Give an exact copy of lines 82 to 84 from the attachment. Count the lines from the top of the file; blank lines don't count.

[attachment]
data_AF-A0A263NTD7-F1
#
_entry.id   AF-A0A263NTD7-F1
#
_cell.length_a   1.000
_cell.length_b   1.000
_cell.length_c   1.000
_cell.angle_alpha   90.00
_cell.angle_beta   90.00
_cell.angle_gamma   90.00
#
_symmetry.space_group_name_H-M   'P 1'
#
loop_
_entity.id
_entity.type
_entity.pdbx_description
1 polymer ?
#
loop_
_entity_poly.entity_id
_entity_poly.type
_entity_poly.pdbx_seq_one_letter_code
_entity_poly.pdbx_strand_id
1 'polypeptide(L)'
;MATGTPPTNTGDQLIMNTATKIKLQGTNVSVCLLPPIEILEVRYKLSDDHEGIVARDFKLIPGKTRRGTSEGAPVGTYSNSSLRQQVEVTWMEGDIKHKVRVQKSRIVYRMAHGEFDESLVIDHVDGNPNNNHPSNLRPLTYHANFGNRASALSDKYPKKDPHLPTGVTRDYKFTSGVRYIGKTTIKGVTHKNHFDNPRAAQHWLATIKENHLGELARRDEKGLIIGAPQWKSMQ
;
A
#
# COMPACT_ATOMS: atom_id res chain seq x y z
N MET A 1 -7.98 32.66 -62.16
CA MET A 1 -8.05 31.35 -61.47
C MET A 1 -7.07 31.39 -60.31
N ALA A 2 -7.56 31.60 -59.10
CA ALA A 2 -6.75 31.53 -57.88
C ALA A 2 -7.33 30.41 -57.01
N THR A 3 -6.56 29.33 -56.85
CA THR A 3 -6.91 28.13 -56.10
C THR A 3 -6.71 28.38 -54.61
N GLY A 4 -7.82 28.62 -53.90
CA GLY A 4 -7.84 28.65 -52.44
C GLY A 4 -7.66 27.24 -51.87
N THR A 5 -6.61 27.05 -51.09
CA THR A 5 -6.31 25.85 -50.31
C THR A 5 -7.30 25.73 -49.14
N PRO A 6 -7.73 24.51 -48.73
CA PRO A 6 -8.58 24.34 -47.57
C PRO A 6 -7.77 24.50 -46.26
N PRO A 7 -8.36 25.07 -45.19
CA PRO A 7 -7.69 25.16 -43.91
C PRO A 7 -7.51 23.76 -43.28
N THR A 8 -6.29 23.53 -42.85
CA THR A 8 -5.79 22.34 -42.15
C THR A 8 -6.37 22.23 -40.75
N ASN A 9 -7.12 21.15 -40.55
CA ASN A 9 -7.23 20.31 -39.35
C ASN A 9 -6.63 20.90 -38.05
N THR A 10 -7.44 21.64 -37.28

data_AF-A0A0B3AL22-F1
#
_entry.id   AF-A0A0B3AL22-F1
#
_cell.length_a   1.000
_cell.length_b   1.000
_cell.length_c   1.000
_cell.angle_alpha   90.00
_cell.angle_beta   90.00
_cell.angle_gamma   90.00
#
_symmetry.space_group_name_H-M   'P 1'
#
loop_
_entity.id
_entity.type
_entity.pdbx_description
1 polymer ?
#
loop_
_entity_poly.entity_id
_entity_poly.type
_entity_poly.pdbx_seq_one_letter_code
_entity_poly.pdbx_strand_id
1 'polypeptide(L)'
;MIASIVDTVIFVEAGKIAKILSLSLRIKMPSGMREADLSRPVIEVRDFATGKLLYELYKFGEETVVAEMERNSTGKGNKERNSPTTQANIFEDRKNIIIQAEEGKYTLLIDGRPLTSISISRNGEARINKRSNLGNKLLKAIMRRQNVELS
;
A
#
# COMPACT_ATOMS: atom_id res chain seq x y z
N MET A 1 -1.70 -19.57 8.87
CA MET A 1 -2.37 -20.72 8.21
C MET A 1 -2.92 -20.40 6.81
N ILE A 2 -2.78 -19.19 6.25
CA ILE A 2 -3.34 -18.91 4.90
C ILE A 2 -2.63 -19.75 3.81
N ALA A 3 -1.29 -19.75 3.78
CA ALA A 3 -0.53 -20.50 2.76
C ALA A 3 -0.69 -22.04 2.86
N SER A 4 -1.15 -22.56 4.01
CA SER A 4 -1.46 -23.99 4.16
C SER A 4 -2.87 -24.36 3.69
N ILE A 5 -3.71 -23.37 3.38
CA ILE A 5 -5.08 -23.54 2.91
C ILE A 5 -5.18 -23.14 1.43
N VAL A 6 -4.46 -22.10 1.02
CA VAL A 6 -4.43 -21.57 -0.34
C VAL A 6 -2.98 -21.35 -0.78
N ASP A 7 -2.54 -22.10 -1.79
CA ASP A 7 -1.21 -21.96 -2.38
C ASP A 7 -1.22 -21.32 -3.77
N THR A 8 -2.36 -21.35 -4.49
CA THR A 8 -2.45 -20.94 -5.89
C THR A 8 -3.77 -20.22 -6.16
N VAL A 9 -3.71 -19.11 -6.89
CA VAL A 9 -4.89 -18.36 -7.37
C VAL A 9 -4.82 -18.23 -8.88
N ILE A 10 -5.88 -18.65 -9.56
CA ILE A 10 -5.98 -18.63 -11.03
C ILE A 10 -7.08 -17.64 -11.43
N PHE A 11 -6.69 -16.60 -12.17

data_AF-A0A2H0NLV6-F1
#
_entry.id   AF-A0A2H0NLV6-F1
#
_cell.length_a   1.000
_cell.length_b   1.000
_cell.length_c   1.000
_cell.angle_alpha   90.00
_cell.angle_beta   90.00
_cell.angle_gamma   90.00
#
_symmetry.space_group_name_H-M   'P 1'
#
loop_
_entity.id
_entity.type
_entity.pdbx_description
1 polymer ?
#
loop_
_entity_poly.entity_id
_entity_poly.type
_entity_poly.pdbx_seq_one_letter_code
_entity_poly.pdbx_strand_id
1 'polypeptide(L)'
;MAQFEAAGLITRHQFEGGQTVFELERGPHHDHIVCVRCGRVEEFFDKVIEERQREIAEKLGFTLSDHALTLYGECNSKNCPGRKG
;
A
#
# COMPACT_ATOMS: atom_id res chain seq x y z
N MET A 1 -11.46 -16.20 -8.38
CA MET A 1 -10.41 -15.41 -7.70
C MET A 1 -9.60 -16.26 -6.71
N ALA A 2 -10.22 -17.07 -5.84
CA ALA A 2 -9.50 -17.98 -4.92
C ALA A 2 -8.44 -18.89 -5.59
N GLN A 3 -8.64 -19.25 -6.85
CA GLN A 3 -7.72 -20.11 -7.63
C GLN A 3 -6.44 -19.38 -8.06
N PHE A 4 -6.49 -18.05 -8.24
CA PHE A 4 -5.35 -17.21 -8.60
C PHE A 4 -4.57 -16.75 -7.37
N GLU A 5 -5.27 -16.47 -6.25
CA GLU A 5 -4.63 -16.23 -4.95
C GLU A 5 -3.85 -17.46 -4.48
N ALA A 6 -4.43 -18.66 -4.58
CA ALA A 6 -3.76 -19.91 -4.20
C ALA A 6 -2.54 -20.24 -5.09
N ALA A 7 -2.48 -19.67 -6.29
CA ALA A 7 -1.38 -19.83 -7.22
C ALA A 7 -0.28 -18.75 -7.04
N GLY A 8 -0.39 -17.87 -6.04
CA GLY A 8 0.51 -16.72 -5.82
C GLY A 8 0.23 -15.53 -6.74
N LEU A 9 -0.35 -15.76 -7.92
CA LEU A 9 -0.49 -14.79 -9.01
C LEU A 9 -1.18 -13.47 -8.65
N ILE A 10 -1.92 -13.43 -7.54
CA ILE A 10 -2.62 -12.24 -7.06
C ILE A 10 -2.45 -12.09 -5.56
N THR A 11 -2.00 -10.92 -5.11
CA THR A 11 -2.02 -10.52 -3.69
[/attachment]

_entity_poly.pdbx_strand_id
1 'polypeptide(L)'
;MIASIVDTVIFVEAGKIAKILSLSLRIKMPSGMREADLSRPVIEVRDFATGKLLYELYKFGEETVVAEMERNSTGKGNKERNSPTTQANIFEDRKNIIIQAEEGKYTLLIDGRPLTSISISRNGEARINKRSNLGNKLLKAIMRRQNVELS